Later on there was a TV series, The Third Man, with Michael Rennie playing a thoroughly rehabilitated Lime. He's more or less a legit businessman, far more sympathetic than the character in the book and movie.

But back to the book. Would The Third Man be published today? Up until the end of the novel, almost all the action is off-stage. The narration is odd, as I've said. The first two paragraphs take up more than two pages, so it's obviously not in the current thriller style. Lots more emphasis on character and setting than action, though the final chase through sewers is a good one. In the end, though, I really don't think this one would be much to the taste of anybody over thirty. As for old-guy me, I had fun re-reading it.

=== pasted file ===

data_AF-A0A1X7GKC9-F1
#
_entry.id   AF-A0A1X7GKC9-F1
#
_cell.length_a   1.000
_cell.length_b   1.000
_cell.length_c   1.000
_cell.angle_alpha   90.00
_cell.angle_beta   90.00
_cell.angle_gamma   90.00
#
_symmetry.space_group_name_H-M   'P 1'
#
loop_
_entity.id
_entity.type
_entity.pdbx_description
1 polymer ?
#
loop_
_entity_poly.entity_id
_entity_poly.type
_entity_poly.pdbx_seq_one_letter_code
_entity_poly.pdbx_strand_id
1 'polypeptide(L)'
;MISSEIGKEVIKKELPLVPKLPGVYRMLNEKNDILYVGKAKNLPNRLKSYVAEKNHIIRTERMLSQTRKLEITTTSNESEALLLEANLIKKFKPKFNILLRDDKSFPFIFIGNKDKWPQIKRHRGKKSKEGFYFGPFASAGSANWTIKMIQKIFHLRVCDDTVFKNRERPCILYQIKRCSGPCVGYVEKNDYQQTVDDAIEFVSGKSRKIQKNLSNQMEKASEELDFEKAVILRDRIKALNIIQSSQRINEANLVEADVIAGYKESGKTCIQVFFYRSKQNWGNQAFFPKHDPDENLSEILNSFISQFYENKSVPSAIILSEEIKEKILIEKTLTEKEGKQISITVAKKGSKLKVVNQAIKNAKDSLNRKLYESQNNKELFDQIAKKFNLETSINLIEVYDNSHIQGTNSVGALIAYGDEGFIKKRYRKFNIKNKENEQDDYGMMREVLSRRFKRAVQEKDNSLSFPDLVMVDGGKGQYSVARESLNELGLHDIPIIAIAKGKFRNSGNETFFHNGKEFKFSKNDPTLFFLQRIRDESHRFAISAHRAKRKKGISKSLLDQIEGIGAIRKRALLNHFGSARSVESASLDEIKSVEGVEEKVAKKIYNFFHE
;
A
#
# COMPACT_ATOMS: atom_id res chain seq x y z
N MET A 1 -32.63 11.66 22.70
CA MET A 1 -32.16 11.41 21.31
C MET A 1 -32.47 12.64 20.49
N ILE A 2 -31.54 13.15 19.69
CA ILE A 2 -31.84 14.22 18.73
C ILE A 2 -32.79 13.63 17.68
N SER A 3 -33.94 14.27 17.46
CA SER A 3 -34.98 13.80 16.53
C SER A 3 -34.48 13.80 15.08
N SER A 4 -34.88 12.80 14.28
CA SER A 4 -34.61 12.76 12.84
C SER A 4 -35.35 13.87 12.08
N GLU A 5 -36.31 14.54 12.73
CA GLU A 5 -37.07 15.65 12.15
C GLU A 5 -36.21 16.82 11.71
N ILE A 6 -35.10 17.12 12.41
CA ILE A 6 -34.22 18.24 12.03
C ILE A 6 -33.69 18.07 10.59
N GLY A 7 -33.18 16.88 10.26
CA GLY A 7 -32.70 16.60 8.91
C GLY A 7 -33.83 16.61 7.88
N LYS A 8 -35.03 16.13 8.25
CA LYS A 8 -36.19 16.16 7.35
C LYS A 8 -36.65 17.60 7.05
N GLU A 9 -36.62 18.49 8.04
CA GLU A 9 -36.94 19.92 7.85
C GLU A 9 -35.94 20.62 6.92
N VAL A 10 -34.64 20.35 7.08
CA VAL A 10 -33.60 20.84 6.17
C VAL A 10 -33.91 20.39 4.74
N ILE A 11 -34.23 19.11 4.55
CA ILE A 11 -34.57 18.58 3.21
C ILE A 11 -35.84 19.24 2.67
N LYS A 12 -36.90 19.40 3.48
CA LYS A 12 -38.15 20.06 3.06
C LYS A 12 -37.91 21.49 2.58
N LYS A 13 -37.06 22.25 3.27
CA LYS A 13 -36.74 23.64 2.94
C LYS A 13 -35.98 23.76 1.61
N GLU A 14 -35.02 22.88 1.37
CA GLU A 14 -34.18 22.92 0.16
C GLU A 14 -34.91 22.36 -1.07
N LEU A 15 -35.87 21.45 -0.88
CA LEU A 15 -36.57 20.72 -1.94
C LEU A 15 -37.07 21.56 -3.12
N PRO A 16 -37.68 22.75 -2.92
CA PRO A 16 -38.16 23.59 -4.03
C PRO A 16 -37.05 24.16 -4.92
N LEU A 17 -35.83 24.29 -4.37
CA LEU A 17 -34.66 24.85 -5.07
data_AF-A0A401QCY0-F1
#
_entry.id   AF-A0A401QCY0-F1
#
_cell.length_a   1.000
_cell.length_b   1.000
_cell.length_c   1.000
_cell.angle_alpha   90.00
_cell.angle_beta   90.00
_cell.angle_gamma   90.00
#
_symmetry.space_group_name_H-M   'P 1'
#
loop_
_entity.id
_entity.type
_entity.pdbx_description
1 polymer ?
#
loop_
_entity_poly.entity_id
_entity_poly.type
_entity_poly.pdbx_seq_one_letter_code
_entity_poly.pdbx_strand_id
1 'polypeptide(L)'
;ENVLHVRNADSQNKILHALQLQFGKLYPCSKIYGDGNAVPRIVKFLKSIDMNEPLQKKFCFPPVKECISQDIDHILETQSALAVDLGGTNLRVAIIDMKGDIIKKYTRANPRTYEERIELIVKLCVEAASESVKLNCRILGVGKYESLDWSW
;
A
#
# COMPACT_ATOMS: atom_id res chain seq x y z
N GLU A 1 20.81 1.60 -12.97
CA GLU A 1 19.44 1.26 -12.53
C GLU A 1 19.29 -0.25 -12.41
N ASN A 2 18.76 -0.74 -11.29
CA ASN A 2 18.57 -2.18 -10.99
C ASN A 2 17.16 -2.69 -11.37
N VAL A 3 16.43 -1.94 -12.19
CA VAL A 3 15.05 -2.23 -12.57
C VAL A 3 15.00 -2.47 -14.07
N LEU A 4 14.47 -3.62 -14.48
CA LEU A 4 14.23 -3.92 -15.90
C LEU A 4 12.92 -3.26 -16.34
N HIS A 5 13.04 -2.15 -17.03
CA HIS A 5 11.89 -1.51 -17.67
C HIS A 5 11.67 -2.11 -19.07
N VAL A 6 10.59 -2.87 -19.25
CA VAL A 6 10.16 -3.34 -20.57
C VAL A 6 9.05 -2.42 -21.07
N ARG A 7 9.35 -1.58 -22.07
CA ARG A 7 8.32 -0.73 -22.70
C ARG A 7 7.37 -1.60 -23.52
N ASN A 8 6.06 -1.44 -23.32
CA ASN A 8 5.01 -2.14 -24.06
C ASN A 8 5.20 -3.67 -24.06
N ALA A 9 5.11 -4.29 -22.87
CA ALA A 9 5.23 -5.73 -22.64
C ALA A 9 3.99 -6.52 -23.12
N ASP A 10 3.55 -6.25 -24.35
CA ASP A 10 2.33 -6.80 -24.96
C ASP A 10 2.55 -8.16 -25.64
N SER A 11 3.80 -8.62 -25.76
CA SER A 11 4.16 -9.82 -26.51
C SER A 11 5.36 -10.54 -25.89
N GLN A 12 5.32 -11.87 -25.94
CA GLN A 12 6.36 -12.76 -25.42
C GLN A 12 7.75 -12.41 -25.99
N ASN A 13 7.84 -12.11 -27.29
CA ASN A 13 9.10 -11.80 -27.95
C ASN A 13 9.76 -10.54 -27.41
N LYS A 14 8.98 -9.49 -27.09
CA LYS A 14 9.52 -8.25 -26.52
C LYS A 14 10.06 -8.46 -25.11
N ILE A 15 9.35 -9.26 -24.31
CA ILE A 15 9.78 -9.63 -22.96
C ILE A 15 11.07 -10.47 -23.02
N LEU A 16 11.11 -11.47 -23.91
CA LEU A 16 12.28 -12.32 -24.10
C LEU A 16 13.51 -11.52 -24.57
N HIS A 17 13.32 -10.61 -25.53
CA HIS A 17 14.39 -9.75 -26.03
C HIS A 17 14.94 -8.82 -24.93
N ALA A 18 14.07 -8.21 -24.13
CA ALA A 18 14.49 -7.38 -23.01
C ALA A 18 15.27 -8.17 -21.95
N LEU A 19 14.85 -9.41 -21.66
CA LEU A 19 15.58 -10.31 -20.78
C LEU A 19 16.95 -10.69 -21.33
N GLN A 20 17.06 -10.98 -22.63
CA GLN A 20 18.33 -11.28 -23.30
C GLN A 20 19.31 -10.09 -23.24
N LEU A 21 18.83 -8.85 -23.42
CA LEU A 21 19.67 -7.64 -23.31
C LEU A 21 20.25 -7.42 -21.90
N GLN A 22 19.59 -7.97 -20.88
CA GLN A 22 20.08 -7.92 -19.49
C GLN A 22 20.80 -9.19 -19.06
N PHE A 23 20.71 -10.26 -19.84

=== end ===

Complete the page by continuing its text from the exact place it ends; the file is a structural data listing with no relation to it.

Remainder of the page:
18 comments:

Anonymous said...

You need to go to Vienna (even though it's not 1950 anymore) and go to The Prater at night after reading this one. We went on the giant ferris wheel and I only wished we could have gone on a chase through the sewers.

I was never totally clear on which came first, the script or the novel, but they're pretty much the same as I remember. Definitely worth a read.

Jeff

Bill Crider said...

We didn't get to Vienna, but I hear they're famous for their sausage.

We did spend a week in Innsbruck, and I wrote a story about their sewers. With gator. Okay, it was a croc, but still . . . .

Anonymous said...

But was it like NIGHT OF THE TOY DRAGONS, a classic of the genre?

Jeff

Fred Blosser said...